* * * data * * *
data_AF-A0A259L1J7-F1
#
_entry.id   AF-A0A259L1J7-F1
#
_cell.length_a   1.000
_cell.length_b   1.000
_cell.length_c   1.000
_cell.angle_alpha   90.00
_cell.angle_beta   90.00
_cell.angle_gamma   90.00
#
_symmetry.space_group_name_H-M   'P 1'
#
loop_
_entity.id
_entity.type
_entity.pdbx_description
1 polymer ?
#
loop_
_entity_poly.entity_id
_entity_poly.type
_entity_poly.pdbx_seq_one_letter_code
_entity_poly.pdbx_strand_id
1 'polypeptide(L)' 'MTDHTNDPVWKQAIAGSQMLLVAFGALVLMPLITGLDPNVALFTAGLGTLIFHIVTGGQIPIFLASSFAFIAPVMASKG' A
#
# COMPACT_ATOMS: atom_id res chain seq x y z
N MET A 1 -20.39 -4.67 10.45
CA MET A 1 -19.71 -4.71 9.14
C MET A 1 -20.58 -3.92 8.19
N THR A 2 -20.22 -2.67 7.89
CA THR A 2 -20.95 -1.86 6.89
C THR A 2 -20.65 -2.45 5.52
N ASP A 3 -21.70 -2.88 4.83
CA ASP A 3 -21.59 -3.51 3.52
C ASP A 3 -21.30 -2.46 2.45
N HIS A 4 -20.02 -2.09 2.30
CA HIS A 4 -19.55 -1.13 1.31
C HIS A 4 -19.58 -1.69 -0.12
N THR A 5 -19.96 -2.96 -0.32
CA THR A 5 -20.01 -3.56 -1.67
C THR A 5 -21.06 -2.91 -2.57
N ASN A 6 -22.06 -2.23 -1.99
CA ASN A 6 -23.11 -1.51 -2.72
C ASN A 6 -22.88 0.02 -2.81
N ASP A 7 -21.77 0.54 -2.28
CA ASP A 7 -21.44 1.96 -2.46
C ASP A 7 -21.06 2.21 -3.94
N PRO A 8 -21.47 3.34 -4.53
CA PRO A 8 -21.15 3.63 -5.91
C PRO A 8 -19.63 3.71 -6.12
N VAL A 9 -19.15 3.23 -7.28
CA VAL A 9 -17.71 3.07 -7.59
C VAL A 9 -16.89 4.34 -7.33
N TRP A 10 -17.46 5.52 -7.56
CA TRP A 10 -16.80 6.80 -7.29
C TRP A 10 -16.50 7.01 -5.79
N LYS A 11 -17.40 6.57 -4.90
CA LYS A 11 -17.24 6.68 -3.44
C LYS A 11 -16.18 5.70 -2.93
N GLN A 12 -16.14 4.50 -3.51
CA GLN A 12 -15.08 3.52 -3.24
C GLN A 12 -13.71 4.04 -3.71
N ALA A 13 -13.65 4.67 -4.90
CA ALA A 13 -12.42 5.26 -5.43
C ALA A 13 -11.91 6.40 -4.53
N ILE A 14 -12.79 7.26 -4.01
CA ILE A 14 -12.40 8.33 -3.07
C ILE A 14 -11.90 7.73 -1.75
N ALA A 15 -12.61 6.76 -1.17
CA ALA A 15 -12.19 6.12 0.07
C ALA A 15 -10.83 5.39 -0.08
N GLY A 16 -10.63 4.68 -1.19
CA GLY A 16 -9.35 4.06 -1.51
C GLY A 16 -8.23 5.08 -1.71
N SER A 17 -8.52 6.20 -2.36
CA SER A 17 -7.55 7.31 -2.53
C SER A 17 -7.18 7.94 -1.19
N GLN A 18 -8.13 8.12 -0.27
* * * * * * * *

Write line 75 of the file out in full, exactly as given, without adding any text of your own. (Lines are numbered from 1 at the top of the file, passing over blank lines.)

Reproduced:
C GLY A 16 -8.23 5.08 -1.71